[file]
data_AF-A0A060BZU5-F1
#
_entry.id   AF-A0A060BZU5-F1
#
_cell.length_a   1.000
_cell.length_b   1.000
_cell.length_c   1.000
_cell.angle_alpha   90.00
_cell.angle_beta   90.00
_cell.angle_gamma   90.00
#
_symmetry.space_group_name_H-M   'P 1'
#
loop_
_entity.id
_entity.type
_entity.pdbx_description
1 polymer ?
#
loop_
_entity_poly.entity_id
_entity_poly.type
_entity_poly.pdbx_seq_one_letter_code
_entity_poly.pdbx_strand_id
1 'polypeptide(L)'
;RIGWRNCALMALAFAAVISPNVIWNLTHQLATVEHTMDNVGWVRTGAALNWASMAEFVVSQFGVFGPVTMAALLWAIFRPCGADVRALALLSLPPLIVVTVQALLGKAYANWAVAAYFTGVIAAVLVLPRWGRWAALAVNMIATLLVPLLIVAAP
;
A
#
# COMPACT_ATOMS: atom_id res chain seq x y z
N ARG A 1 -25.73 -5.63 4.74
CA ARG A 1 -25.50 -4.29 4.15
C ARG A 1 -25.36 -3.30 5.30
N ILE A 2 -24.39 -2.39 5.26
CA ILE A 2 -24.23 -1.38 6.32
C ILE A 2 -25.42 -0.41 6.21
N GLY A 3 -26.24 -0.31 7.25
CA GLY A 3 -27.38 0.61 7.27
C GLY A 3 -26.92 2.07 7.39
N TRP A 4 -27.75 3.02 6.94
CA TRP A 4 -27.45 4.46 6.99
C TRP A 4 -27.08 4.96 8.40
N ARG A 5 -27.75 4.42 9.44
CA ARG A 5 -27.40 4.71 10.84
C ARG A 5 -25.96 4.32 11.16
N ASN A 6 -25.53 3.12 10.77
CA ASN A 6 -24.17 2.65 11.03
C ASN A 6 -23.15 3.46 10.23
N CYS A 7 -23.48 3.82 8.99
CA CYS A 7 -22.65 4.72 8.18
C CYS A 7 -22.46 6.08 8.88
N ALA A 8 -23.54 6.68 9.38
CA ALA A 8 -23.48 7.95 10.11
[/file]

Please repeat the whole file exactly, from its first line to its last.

data_AF-A0A060BZU5-F1
#
_entry.id   AF-A0A060BZU5-F1
#
_cell.length_a   1.000
_cell.length_b   1.000
_cell.length_c   1.000
_cell.angle_alpha   90.00
_cell.angle_beta   90.00
_cell.angle_gamma   90.00
#
_symmetry.space_group_name_H-M   'P 1'
#
loop_
_entity.id
_entity.type
_entity.pdbx_description
1 polymer ?
#
loop_
_entity_poly.entity_id
_entity_poly.type
_entity_poly.pdbx_seq_one_letter_code
_entity_poly.pdbx_strand_id
1 'polypeptide(L)'
;RIGWRNCALMALAFAAVISPNVIWNLTHQLATVEHTMDNVGWVRTGAALNWASMAEFVVSQFGVFGPVTMAALLWAIFRPCGADVRALALLSLPPLIVVTVQALLGKAYANWAVAAYFTGVIAAVLVLPRWGRWAALAVNMIATLLVPLLIVAAP
;
A
#
# COMPACT_ATOMS: atom_id res chain seq x y z
N ARG A 1 -25.73 -5.63 4.74
CA ARG A 1 -25.50 -4.29 4.15
C ARG A 1 -25.36 -3.30 5.30
N ILE A 2 -24.39 -2.39 5.26
CA ILE A 2 -24.23 -1.38 6.32
C ILE A 2 -25.42 -0.41 6.21
N GLY A 3 -26.24 -0.31 7.25
CA GLY A 3 -27.38 0.61 7.27
C GLY A 3 -26.92 2.07 7.39
N TRP A 4 -27.75 3.02 6.94
CA TRP A 4 -27.45 4.46 6.99
C TRP A 4 -27.08 4.96 8.40
N ARG A 5 -27.75 4.42 9.44
CA ARG A 5 -27.40 4.71 10.84
C ARG A 5 -25.96 4.32 11.16
N ASN A 6 -25.53 3.12 10.77
CA ASN A 6 -24.17 2.65 11.03
C ASN A 6 -23.15 3.46 10.23
N CYS A 7 -23.48 3.82 8.99
CA CYS A 7 -22.65 4.72 8.18
C CYS A 7 -22.46 6.08 8.88
N ALA A 8 -23.54 6.68 9.38
CA ALA A 8 -23.48 7.95 10.11